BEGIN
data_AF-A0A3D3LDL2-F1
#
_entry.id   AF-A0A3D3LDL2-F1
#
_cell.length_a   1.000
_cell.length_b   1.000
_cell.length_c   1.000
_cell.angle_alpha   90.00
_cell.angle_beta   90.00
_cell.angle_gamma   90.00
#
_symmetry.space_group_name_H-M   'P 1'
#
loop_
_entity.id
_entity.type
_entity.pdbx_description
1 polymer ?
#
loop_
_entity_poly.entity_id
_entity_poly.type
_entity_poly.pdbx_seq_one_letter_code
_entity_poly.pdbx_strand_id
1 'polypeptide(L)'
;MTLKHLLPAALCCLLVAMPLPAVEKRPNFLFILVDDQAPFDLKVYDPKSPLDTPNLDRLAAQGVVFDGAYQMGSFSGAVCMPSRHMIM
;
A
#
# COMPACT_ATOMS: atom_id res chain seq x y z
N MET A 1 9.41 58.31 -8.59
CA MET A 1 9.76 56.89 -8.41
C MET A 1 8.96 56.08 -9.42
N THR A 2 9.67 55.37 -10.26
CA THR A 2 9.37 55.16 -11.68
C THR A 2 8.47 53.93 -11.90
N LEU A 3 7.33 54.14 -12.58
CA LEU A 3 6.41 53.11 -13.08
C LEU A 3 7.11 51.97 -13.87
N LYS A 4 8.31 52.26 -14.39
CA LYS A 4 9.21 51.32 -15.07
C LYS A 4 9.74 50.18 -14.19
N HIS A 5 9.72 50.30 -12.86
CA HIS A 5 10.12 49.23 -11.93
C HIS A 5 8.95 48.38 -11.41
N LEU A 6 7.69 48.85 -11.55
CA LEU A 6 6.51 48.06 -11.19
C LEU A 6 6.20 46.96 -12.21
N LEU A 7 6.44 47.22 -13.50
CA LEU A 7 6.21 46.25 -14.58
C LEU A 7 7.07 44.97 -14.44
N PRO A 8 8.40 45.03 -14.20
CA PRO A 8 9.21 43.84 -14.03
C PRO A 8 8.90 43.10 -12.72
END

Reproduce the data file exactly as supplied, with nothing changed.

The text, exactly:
data_AF-A0A3D3LDL2-F1
#
_entry.id   AF-A0A3D3LDL2-F1
#
_cell.length_a   1.000
_cell.length_b   1.000
_cell.length_c   1.000
_cell.angle_alpha   90.00
_cell.angle_beta   90.00
_cell.angle_gamma   90.00
#
_symmetry.space_group_name_H-M   'P 1'
#
loop_
_entity.id
_entity.type
_entity.pdbx_description
1 polymer ?
#
loop_
_entity_poly.entity_id
_entity_poly.type
_entity_poly.pdbx_seq_one_letter_code
_entity_poly.pdbx_strand_id
1 'polypeptide(L)'
;MTLKHLLPAALCCLLVAMPLPAVEKRPNFLFILVDDQAPFDLKVYDPKSPLDTPNLDRLAAQGVVFDGAYQMGSFSGAVCMPSRHMIM
;
A
#
# COMPACT_ATOMS: atom_id res chain seq x y z
N MET A 1 9.41 58.31 -8.59
CA MET A 1 9.76 56.89 -8.41
C MET A 1 8.96 56.08 -9.42
N THR A 2 9.67 55.37 -10.26
CA THR A 2 9.37 55.16 -11.68
C THR A 2 8.47 53.93 -11.90
N LEU A 3 7.33 54.14 -12.58
CA LEU A 3 6.41 53.11 -13.08
C LEU A 3 7.11 51.97 -13.87
N LYS A 4 8.31 52.26 -14.39
CA LYS A 4 9.21 51.32 -15.07
C LYS A 4 9.74 50.18 -14.19
N HIS A 5 9.72 50.30 -12.86
CA HIS A 5 10.12 49.23 -11.93
C HIS A 5 8.95 48.38 -11.41
N LEU A 6 7.69 48.85 -11.55
CA LEU A 6 6.51 48.06 -11.19
C LEU A 6 6.20 46.96 -12.21
N LEU A 7 6.44 47.22 -13.50
CA LEU A 7 6.21 46.25 -14.58
C LEU A 7 7.07 44.97 -14.44
N PRO A 8 8.40 45.03 -14.20
CA PRO A 8 9.21 43.84 -14.03
C PRO A 8 8.90 43.10 -12.72